Hypofractionated and Conventionally Fractionated Radiotherapy Generate Similar QOL, Safety in Breast Cancer


Patients with breast cancer who received hypofractionated postmastectomy radiotherapy experienced similar toxicities vs those who received conventionally fractionated postmastectomy radiotherapy, according to a presentation shared at the 2023 American Society for Radiation Oncology Annual Meeting.

Rinaa Punglia, MD, MPH, FASTRO

Rinaa Punglia, MD, MPH, FASTRO

Patients with breast cancer who received hypofractionated postmastectomy radiotherapy (PMRT) experienced similar toxicities vs those who received conventionally fractionated PMRT, according to data shared at the 2023 American Society for Radiation Oncology (ASTRO) Annual Meeting. However, in younger patients, hypofractionated PMRT was associated with higher physical wellbeing scores and less treatment-related unpaid time off from work.

Findings from a multi-variate analysis of the FABREC trial (NCT03422003) demonstrated that postoperative infection (HR, 3.19; P = .02), the number of removed nodes (HR, 1.06 per node; P = .008), radiation administered to a tissue expander compared with implant (HR, 4.44; P = .043), and treatment with preoperative endocrine therapy (HR, 2.80; P = .001) independently correlated with chest wall toxicity. Additionally, the use of hypofractionated vs conventional fractionation radiotherapy did not correlate with time to chest wall toxicity (HR, 1.19; P = .63).

After controlling for patients younger than 45 years vs those 45 years and older, investigators reported that hypofractionated PMRT increased patients’ physical wellbeing score by 0.20 points (95% CI, –0.80 to 1.18; P = .70) at 6 months. The Analysis highlighted a significant relationship between fractionation schedule and patient age with respect to physical wellbeing outcomes (P = .02).

“Younger patients [randomly assigned] to hypofractionation had higher physical wellbeing scores than those [randomly assigned] to conventional fractionation,” Rinaa Punglia, MD, MPH, FASTRO, an institute physician in the Department of Radiation Oncology at Dana-Farber Cancer Institute and an associate professor of Radiation Oncology at Harvard Medical School, said in a presentation on these findings. “Looking at the specific questions which comprise the physical wellbeing score, we found that younger patients [randomly assigned] to hypofractionation were less bothered by [adverse effects] of treatment at 6 months relative to their counterparts who received conventional fractionation.”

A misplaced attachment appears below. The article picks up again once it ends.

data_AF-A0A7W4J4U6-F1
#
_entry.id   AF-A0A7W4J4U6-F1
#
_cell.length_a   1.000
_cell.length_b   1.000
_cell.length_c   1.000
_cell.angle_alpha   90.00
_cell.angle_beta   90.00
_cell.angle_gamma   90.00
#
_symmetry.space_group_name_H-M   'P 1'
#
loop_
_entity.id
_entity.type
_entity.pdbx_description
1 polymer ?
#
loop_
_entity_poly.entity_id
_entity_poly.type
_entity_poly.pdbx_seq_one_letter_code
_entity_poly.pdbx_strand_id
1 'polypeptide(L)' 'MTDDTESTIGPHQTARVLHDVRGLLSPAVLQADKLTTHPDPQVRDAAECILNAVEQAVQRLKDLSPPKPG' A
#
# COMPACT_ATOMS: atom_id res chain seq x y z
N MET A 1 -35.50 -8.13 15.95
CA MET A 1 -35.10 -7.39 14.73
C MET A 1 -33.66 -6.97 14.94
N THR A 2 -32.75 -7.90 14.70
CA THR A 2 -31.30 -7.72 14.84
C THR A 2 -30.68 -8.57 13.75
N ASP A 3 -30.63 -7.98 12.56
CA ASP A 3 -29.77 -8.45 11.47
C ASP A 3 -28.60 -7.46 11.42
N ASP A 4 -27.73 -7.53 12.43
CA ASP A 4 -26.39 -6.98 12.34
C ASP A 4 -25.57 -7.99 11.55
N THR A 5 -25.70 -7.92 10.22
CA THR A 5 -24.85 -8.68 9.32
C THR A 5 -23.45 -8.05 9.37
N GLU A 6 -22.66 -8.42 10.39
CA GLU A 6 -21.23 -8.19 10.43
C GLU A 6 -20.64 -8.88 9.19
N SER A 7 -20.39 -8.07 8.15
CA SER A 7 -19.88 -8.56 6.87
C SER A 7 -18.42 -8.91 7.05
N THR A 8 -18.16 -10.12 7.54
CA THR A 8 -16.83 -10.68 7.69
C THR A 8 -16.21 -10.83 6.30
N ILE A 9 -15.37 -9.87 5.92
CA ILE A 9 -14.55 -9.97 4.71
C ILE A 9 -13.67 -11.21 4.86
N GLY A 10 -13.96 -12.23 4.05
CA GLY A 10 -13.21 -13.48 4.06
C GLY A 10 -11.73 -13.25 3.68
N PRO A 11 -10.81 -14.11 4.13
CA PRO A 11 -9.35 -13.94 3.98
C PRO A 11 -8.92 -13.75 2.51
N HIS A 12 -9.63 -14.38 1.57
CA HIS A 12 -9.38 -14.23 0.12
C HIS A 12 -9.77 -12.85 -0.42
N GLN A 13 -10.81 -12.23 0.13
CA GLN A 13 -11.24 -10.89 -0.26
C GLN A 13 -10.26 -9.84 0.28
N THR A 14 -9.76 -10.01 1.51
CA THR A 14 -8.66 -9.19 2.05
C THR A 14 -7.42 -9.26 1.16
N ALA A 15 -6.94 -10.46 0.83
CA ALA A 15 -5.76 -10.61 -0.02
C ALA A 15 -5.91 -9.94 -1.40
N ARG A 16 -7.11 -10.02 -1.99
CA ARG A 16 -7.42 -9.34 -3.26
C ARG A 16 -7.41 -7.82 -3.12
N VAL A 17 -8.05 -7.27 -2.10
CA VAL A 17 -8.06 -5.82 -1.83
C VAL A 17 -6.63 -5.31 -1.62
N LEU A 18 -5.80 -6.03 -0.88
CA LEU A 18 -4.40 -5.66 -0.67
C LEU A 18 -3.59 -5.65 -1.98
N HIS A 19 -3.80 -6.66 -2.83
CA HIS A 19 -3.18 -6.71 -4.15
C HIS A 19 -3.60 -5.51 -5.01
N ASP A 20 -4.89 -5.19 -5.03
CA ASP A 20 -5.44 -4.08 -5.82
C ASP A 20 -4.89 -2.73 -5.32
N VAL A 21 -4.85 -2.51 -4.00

Among 51 patients who took unpaid time off from work for treatment, those who received conventional fractionation PMRT had a mean of 125.8 hours of unpaid time compared with 73.7 hours for those who received hypofractionated PMRT (P = .046).

“Our results support the use of hypofractionated radiation therapy for patients with implant-based reconstruction,” Punglia said.

In the FABREC study, 400 patients with stage 0 to III breast cancer underwent mastectomy plus immediate implant-based reconstruction between March 2018 and November 2021 at 16 institutions. Patients were randomly assigned 1:1 to receive 25 fractionations of 200 cGy or 16 fractionations of 266 cGy to the chest wall with or without internal mammary nodes plus 23 to 25 or 15 fractions to the supraclavicular lymph nodes. In total, patients assigned to conventional fractionation received 50 Gy to the chest wall plus 46 to 50 Gy to lymph nodes, while those assigned to hypofractionation received 42.56 Gy to the chest wall plus 39.90 Gy to lymph nodes.

The study’s primary end point was improvement in physical wellbeing scores based on Functional Assessment of Cancer Therapy - Breast (FACT-B) version 4 criteria at 6 months, which investigators controlled for age. Additionally, investigators assessed chest wall toxicity, which was defined as any grade 3 or higher toxicity following radiation.

Overall, 201 and 199 patients were randomly assigned to receive conventional fractionation and hypofractionated PMRT, respectively. The median patient age was 47.0 years (range, 23-79). Additionally, most patients had hormone receptor–positive disease (84.2%), received neoadjuvant chemotherapy (67.8%), and had prepectoral placement of reconstruction device (58.4%).

Investigators reported a median time of 2.6 months between surgery and initiation of PMRT. Additionally, 41.3% and 57.4% of patients underwent intensity-modulated radiotherapy and 3D-conformal radiotherapy, respectively. Overall, 7.7% of patients assigned to conventional fractionation experienced a treatment break for an average of 3.3 days, and 2.7% of those who received hypofractionated radiation had a treatment break for an average of 2.8 days (P = .03).

Investigators assessed 385 patients with a median follow-up of 40.4 months (range, 15.4-63.0). Additionally, 23 patients experienced distant recurrence, 4 died with distant recurrence, 2 had local recurrence, and 4 experienced pneumonitis. Chest wall toxicity occurred in 39 patients, including 19 who received conventional fractionation and 20 who received hypofractionation (P = .80).


Wong JS, Uno H, Tramontano A, et al. Patient-reported and toxicity results from the FABREC study: a multicenter randomized trial of hypofractionated vs. conventionally-fractionated postmastectomy radiation therapy after implant-based reconstruction. Presented at: 2023 American Society for Radiation Oncology Annual Meeting (ASTRO); October 1-4, 2023; San Diego, CA. Abstract LBA05.

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